Friday, May 17, 2013

An Afternoon at the Metropolitan Museum



Yesterday, on a warm, clear New York afternoon, we hopped over to the Metropolitan Museum of Art for a whirlwind tour.



The Temple of Dendur in the Egyptian wing always seems to be closed when I visit this museum, and Thursday was no exception as the glass-enclosed atrium was being set up for a huge, fancy dinner event that evening. "Look, another party we're not invited to," I told my friend Jay.



A crew chief walking by said, "You're welcome to work it if you want," since there seemed to be a few no-shows, and I was half tempted to take him up on the offer. Instead, we wandered into a small set of galleries dedicated to American paintings from the first half of the 20th century, including the Edward Hopper canvas above.



The spirit of my friend Patrick Vaz seemed to be hovering over the afternoon, as there was a Georgia O'Keefe sun-bleached bone painting...



...hung next to large panels above by Florine Stettheimer, the eccentric New York artist who designed the original cellophane sets for the Virgil Thomson/Gertrude Stein opera, Four Saints in Three Acts.



Picasso's early portrait of Gertrude herself was on the second floor, surrounded by an amazing assortment of iconic European paintings such as the Van Gogh below that are part of the museum's permanent collection.



Next to a silly, claustrophobic exhibition devoted to Punk Fashion, there was an extraordinary special exhibit of French Impressionist paintings from museums all over the world, focusing on depictions of what people wore. There was added attraction of displays in the middle of each gallery of actual clothing from the period, in a few cases echoing the exact dresses and suits that were being depicted on the walls. This sounds like it could have been one of socialite Dede Wilsey's Expensive Paintings and Fancy Frocks exhibits that keep popping up at the San Francisco Fine Arts Museums, but instead the effect was scholarly, fascinating, and transported one into late 19th Century France in a surprisingly powerful way. Plus, there were about a dozen huge Manet paintings among all the Degas and Renoir and Tissot works that I had never seen before, and the exhibit was surprisingly uncrowded so you could easily stand right in front of everything.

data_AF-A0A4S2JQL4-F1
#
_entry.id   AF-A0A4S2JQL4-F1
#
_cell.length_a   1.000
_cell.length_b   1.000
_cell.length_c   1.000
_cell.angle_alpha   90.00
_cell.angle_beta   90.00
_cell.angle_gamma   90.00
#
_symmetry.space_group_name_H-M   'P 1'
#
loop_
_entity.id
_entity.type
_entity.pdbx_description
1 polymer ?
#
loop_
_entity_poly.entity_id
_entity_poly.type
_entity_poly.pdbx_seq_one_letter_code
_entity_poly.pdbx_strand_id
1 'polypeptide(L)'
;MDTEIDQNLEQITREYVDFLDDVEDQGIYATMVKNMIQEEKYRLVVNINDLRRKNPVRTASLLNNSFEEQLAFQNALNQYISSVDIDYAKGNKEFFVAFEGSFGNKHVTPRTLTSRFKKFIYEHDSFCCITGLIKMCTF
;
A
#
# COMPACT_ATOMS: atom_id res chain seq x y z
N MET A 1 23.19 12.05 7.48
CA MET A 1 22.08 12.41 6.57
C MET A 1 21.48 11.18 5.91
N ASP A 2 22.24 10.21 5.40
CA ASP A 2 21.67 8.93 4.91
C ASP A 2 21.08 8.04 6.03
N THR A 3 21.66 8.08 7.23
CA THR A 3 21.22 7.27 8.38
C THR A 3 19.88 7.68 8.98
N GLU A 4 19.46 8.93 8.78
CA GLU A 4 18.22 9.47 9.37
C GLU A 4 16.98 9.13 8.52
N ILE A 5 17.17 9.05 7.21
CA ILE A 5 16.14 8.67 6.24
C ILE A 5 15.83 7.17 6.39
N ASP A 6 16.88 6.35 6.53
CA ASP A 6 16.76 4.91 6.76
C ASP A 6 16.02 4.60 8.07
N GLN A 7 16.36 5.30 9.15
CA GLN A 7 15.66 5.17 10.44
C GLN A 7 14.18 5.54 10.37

Unlike San Francisco museums, the security guards were helpful and unobtrusive, and also allowed artists to sketch and paint within the galleries themselves. The place almost made me want to move to New York.

5 comments:

nancy namaste said...

Oh. My. God. I am SOOOOO jealous. What a fantastic bunch of exhibits. I read about them but you make them all come alive. Any bets as to whether the new director of the FAMSF can curb The Wilsey?

Michael Strickland said...

Dear Nancy: I am so happy that I have incited envy, and that you got the Dede joke.

And nothing's going to curb The Wilsey except The Grim Reaper, a quality she shares with Willie Brown, Jr., one of her fellow provincial villains.

Hattie said...

Love the Met!

Axel Feldheim said...

A pity that the Met's Temple of Dendur seems to enjoy denying you a visit. Even on my shortest visits to NYC, I go to see it. I'd like to say I'm completely envious of your NY visit as well, but it wouldn't sound convincing, seeing as I'm on the Big Island of Hawaii this weekend attending a wedding.

Michael Strickland said...

Dear Axel: I noticed through our mutual Facebook friends that you were a Special Guest at a Special Event. See you at the belated reception. And I'll fix "Dendur." I'm not sure where I got "Endor" from, probably a sci-fi movie.